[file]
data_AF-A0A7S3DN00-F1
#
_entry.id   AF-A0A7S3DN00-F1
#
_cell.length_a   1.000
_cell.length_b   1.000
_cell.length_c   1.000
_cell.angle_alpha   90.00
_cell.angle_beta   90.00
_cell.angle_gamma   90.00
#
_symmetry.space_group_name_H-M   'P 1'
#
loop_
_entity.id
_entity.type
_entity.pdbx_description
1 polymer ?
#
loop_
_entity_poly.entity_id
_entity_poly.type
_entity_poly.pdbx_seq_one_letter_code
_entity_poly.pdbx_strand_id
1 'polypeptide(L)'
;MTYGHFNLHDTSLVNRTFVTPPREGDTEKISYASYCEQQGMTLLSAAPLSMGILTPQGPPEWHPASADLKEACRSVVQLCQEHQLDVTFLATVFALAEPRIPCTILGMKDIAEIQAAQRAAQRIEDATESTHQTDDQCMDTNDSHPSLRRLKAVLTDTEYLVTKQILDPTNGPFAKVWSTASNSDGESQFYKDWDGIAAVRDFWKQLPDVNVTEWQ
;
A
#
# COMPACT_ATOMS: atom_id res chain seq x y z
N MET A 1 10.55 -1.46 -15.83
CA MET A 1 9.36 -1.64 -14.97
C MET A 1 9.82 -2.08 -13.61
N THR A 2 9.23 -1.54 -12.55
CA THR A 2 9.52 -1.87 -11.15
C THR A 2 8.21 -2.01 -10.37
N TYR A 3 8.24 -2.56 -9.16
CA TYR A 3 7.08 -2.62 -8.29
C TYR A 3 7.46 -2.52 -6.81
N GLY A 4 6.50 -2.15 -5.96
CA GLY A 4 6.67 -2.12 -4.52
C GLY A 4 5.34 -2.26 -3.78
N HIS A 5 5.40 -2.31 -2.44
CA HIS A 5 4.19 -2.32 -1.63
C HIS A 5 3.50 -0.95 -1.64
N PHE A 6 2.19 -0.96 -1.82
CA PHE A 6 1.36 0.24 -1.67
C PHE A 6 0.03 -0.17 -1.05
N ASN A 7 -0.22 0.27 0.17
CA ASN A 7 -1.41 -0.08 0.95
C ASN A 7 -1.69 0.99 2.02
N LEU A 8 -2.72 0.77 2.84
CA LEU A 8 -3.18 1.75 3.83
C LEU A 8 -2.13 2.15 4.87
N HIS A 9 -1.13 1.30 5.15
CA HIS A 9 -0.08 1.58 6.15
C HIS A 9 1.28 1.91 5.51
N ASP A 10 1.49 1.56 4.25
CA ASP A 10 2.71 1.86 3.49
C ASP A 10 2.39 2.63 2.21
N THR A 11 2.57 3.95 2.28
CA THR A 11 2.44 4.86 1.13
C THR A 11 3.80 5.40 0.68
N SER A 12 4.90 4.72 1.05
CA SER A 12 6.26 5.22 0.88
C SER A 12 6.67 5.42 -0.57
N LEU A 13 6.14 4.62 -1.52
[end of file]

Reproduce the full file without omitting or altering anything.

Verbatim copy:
data_AF-A0A7S3DN00-F1
#
_entry.id   AF-A0A7S3DN00-F1
#
_cell.length_a   1.000
_cell.length_b   1.000
_cell.length_c   1.000
_cell.angle_alpha   90.00
_cell.angle_beta   90.00
_cell.angle_gamma   90.00
#
_symmetry.space_group_name_H-M   'P 1'
#
loop_
_entity.id
_entity.type
_entity.pdbx_description
1 polymer ?
#
loop_
_entity_poly.entity_id
_entity_poly.type
_entity_poly.pdbx_seq_one_letter_code
_entity_poly.pdbx_strand_id
1 'polypeptide(L)'
;MTYGHFNLHDTSLVNRTFVTPPREGDTEKISYASYCEQQGMTLLSAAPLSMGILTPQGPPEWHPASADLKEACRSVVQLCQEHQLDVTFLATVFALAEPRIPCTILGMKDIAEIQAAQRAAQRIEDATESTHQTDDQCMDTNDSHPSLRRLKAVLTDTEYLVTKQILDPTNGPFAKVWSTASNSDGESQFYKDWDGIAAVRDFWKQLPDVNVTEWQ
;
A
#
# COMPACT_ATOMS: atom_id res chain seq x y z
N MET A 1 10.55 -1.46 -15.83
CA MET A 1 9.36 -1.64 -14.97
C MET A 1 9.82 -2.08 -13.61
N THR A 2 9.23 -1.54 -12.55
CA THR A 2 9.52 -1.87 -11.15
C THR A 2 8.21 -2.01 -10.37
N TYR A 3 8.24 -2.56 -9.16
CA TYR A 3 7.08 -2.62 -8.29
C TYR A 3 7.46 -2.52 -6.81
N GLY A 4 6.50 -2.15 -5.96
CA GLY A 4 6.67 -2.12 -4.52
C GLY A 4 5.34 -2.26 -3.78
N HIS A 5 5.40 -2.31 -2.44
CA HIS A 5 4.19 -2.32 -1.63
C HIS A 5 3.50 -0.95 -1.64
N PHE A 6 2.19 -0.96 -1.82
CA PHE A 6 1.36 0.24 -1.67
C PHE A 6 0.03 -0.17 -1.05
N ASN A 7 -0.22 0.27 0.17
CA ASN A 7 -1.41 -0.08 0.95
C ASN A 7 -1.69 0.99 2.02
N LEU A 8 -2.72 0.77 2.84
CA LEU A 8 -3.18 1.75 3.83
C LEU A 8 -2.13 2.15 4.87
N HIS A 9 -1.13 1.30 5.15
CA HIS A 9 -0.08 1.58 6.15
C HIS A 9 1.28 1.91 5.51
N ASP A 10 1.49 1.56 4.25
CA ASP A 10 2.71 1.86 3.49
C ASP A 10 2.39 2.63 2.21
N THR A 11 2.57 3.95 2.28
CA THR A 11 2.44 4.86 1.13
C THR A 11 3.80 5.40 0.68
N SER A 12 4.90 4.72 1.05
CA SER A 12 6.26 5.22 0.88
C SER A 12 6.67 5.42 -0.57
N LEU A 13 6.14 4.62 -1.52